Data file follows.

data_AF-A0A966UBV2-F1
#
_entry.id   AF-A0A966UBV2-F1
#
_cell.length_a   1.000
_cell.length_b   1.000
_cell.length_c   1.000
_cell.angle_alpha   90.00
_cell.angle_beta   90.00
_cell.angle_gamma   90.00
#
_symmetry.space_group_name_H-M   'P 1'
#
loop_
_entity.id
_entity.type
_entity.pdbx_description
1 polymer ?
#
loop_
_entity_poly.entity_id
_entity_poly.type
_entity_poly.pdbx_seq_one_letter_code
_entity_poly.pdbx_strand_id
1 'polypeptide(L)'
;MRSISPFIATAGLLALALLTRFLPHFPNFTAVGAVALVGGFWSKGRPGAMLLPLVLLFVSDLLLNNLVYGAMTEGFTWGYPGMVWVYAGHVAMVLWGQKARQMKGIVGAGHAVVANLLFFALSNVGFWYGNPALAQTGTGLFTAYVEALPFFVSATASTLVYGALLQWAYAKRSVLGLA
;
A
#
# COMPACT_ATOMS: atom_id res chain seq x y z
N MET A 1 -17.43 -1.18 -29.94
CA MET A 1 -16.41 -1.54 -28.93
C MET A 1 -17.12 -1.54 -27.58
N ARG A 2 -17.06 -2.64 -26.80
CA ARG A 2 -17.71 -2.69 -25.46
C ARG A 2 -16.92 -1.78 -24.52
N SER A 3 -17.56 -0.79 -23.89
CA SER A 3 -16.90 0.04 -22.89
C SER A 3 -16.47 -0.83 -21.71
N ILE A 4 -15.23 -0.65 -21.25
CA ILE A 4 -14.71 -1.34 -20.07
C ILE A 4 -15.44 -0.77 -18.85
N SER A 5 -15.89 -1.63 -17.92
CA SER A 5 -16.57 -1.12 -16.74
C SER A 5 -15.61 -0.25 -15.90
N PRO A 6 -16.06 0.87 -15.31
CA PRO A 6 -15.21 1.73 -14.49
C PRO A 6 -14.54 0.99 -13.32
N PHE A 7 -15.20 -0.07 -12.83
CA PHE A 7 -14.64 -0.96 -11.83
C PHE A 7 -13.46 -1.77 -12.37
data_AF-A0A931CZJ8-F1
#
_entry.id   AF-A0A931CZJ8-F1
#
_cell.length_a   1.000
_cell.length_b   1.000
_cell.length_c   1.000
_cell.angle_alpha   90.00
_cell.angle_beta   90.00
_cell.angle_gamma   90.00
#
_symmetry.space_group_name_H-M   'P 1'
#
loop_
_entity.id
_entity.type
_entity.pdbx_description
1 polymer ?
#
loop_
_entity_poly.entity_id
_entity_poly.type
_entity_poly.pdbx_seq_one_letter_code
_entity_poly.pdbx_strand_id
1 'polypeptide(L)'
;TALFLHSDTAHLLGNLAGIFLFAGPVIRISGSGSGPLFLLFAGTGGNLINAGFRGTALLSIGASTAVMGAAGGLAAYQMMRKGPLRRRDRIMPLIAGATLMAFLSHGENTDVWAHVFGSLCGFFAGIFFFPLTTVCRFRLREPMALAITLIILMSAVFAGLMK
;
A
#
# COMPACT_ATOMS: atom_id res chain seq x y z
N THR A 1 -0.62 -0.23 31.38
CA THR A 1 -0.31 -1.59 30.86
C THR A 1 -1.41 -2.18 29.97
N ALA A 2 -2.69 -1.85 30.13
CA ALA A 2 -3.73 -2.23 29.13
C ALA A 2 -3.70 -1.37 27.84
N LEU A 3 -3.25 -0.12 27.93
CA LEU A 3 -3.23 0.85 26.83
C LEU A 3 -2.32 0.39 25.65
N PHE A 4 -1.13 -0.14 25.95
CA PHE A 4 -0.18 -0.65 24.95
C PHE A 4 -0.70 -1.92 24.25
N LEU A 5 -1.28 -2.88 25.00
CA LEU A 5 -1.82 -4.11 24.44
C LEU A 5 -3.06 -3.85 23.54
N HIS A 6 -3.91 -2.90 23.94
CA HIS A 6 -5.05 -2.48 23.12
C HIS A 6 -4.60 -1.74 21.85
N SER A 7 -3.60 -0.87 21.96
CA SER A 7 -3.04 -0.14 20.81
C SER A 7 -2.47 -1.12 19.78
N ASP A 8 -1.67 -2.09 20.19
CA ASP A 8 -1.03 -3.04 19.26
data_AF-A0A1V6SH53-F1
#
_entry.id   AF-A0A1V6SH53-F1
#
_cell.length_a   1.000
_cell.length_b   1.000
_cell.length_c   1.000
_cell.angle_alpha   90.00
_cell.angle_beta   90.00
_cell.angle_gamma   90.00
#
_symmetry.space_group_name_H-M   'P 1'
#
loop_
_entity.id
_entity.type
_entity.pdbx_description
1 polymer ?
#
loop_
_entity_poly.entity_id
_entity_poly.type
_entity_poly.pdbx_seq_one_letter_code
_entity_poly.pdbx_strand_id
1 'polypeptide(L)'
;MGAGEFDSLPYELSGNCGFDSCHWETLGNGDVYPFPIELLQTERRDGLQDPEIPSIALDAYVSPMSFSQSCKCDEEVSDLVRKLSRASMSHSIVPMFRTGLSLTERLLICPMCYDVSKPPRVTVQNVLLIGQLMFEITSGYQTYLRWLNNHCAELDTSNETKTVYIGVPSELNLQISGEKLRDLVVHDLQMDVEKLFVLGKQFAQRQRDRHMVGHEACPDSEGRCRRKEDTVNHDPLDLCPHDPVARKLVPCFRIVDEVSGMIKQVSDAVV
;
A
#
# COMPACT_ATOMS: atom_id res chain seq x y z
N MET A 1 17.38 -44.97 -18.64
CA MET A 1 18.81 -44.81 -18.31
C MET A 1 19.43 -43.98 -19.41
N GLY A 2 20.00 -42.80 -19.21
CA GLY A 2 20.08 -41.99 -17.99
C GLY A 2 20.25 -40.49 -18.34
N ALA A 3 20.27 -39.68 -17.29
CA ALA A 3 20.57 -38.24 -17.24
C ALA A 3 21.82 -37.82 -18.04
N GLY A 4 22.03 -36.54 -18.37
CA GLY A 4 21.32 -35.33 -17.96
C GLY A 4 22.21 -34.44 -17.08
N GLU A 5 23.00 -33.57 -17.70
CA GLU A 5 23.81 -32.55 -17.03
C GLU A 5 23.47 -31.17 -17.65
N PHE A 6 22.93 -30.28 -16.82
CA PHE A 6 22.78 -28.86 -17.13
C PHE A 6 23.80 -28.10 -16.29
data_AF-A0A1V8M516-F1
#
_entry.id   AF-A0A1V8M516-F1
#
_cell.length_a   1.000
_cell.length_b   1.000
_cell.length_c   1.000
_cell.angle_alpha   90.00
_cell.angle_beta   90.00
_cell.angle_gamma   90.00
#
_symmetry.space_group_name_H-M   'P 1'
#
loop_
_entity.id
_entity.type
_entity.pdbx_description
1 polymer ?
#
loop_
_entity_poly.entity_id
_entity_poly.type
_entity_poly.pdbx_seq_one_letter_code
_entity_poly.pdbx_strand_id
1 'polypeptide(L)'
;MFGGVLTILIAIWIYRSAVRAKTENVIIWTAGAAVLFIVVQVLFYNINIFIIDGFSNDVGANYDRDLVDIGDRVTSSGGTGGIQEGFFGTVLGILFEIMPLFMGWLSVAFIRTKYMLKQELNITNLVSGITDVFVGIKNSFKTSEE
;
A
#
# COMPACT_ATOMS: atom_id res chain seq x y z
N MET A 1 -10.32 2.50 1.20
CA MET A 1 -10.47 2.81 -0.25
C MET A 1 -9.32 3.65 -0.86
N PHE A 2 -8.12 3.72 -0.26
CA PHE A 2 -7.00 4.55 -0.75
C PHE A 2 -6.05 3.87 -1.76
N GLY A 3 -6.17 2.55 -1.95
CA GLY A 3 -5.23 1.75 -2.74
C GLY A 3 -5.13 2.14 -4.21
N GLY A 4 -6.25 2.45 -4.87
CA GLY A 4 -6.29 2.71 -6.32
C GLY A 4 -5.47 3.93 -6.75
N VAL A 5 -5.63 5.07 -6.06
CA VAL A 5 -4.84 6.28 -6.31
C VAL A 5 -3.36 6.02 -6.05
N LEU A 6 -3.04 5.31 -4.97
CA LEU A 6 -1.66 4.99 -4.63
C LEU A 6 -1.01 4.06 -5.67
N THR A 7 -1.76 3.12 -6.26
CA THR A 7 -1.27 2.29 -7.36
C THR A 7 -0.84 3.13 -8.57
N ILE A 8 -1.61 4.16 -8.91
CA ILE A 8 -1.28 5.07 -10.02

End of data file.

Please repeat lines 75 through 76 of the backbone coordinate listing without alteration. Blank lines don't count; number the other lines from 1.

_entity_poly.pdbx_strand_id
1 'polypeptide(L)'